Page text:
Inflation in the prices of exported products depends on NAFTA negotiations. After five rounds of meetings and negotiations, COPARMEX anticipates that this bitter chapter in Mexico’s history will finally close in January, after the sixth meeting scheduled to be held in Montreal January 23-28, according to a statement issued through its official website. However, in a report published by Expansión newspaper, four analysts put forward different scenarios for the end of NAFTA.

The first possible scenario is that negotiations are postponed until after the US midterm elections next November. If this happens, trade between the three countries would continue to be governed by the current version of NAFTA, according to Juan Francisco Torres Landa, partner in the Mexican office of the legal firm, Hogan Lovells.

Another possibility would be that, in accordance with the main objective of the current US president Donald Trump, the US opts out of the agreement. Trump’s goal, however, would not take effect for six months, due to NAFTA Article 2205, says Felipe Miguel González, president of the Confederación Latinoamericana de Agentes Aduanales, A.C. (Latin American Confederation of Customs Agents – CLAA).

A third scenario could be that rigid US proposals become part of a strategy to force México to be the one to opt out of the treaty, according to Gabriela Siller, director of Economic Analysis at the Banco Base financial group.

The fourth and final scenario is that all three countries agree to proceed with the goal of completing NAFTA negotiations. If that happens, the effects of a new version of NAFTA would apply in 2019 or 2020, depending on how fast the new version is ratified by the congresses of the three partner countries, says Landa.

All these international problems lead the federal government to dictate an increase in the prices of services such as gas, electricity, gasoline, and water, in addition to the required payment of the property tax and/or vehicle excise tax.

“In January comes the property [tax]. Every person who owns a house is obliged to pay a tax for the fact of owning a real estate, and it is assumed that the money to be collected with that tax is for public expenses,” says Mendoza. “Another payment is that of vehicle excise tax; all people who own vehicles, especially new ones, have to pay for an endorsement [of their vehicle], which is used for the same purpose: public expenses, hospitals, street lighting, roads, streets, et cetera.”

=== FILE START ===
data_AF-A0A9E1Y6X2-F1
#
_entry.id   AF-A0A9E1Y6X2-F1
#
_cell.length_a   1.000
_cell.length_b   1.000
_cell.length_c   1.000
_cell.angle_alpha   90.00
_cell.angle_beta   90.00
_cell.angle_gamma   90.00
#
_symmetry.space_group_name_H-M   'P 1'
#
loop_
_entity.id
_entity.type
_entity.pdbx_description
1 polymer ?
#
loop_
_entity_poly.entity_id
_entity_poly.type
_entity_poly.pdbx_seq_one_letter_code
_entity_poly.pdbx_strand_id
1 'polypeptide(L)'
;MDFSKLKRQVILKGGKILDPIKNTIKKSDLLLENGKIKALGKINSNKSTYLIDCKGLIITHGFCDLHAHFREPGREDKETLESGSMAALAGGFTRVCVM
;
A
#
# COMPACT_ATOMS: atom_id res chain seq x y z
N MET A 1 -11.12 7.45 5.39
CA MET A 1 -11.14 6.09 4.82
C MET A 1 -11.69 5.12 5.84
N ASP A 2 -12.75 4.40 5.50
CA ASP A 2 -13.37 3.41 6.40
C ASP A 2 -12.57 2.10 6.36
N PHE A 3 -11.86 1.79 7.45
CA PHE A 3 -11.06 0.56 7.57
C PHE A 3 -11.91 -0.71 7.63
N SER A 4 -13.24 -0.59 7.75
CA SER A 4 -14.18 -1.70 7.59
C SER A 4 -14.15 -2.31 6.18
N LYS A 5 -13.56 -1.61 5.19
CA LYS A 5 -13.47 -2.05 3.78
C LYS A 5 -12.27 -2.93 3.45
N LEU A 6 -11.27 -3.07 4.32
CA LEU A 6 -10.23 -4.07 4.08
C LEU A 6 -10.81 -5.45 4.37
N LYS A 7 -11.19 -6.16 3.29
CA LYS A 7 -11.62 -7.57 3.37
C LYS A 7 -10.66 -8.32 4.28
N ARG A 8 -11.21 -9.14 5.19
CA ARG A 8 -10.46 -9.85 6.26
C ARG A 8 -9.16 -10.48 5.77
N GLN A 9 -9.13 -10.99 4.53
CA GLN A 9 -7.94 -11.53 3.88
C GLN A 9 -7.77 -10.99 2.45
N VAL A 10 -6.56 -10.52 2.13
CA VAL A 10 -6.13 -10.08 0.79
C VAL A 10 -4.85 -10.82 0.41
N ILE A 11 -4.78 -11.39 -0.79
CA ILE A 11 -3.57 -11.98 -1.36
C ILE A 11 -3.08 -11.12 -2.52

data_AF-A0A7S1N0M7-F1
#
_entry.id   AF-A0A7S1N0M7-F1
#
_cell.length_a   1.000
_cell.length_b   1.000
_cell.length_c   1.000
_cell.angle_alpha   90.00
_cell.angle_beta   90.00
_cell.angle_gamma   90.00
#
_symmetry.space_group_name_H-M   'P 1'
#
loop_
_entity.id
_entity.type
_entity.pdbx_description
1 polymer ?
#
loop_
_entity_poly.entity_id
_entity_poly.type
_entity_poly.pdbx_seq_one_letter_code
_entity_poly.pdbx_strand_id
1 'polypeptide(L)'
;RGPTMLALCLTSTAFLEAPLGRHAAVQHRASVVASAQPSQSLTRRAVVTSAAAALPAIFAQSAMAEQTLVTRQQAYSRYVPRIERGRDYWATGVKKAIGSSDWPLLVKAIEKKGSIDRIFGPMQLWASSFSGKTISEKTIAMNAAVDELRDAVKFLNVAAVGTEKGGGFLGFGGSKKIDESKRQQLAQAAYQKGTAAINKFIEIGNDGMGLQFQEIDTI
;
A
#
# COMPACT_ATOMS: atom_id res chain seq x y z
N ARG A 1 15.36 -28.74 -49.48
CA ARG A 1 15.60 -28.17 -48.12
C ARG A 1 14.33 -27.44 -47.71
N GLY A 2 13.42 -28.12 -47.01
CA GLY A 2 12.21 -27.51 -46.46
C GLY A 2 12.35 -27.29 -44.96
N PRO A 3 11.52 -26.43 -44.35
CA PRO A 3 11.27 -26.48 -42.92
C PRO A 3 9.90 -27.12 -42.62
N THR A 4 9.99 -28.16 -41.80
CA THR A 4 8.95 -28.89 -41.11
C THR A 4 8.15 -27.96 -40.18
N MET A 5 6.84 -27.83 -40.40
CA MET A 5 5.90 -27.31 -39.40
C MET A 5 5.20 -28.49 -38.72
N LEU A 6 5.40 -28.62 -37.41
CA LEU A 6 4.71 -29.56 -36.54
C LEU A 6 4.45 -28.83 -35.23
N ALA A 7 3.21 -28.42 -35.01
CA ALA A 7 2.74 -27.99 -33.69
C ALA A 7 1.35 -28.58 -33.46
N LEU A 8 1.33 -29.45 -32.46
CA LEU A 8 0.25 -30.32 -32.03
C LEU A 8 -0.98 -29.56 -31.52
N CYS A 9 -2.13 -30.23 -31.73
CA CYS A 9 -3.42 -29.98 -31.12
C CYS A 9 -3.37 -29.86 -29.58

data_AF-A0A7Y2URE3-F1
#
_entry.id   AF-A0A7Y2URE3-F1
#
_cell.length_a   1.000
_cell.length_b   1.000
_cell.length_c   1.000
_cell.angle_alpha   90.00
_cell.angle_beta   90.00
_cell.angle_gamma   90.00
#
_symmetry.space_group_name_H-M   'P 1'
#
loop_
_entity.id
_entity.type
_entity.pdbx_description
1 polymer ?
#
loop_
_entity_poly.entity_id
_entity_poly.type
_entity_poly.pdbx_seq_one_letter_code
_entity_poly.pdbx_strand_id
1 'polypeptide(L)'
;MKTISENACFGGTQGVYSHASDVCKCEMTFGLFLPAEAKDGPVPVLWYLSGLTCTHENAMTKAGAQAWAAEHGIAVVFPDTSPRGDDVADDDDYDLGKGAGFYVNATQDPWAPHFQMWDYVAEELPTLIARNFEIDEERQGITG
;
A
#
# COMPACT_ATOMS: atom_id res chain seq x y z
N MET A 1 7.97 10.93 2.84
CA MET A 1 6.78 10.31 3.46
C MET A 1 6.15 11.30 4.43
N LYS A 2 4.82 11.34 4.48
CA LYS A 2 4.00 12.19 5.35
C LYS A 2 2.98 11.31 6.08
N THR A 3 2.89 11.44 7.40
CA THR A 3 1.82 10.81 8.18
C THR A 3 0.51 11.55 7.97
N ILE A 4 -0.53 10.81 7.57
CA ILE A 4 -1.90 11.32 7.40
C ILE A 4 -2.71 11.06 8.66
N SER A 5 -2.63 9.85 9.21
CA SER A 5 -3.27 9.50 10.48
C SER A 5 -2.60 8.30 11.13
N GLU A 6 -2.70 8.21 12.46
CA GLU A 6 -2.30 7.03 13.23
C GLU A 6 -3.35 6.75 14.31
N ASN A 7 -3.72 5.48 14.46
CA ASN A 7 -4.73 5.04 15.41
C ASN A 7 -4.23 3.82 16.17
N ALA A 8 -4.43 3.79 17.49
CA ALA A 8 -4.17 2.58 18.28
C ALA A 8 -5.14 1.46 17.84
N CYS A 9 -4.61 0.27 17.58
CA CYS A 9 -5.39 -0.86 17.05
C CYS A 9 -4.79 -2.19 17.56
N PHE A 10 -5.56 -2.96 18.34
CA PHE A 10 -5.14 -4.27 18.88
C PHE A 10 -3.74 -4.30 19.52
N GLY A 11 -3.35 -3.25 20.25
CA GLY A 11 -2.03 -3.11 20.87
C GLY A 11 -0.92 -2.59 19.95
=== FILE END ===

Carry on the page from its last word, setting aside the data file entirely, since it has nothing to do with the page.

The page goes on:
Guanajuato Predicted as Economic Growth Leader in 2018

It is likely that 2018 will follow the general increase in prices, the most affected being gas, as its price is governed by the price of the US dollar, which continues to rise every day. The exchange value of 1 US dollar is predicted to reach 20 pesos in January, according to a report from the newspaper Zócalo.

Given this unfavorable scenario for the country, CitiBanamex proposed an analysis of growth in which it found that six states of the republic will lead the economic growth of the entire nation. Proudly, Guanajuato is among those six, making it a key player in the economic development of the country. The total list includes Aguascalientes, with an advance of 5.6 percent; Querétaro, with an advance of 4.9 percent; Quintana Roo, with a growth of 4.5 percent; Guanajuato, which will report a growth of 4.3 percent; and Baja California Sur and San Luis Potosi, both of which will reach 4.2 percent, according to the financial institution. In contrast, Campeche, Tabasco, Veracruz, and Tamaulipas will continue as the entities with the lowest economic performance, due to their low oil production, said Guillermina Rodriguez, an economist at CitiBanamex.

Despite the gloomy predictions of increased prices in 2018, CitiBanamex estimates, in a press release on its official website, that in the coming year, the Mexican economy will grow 2.4 percent overall. Nineteen entities are predicted to report above-average growth.

However, on an everyday level, prices are still expected to rise, making paying the bills even harder than last year. Many of the experts, including Bizzotto and Mendoza, recommend that people use their yearly job bonus this month to plan ahead for their expenses and that they don’t overconsume unnecessary items. They also advise people to allocate at least a percentage of their earnings to paying debts and taxes in January, to get themselves out of debt sooner rather than later.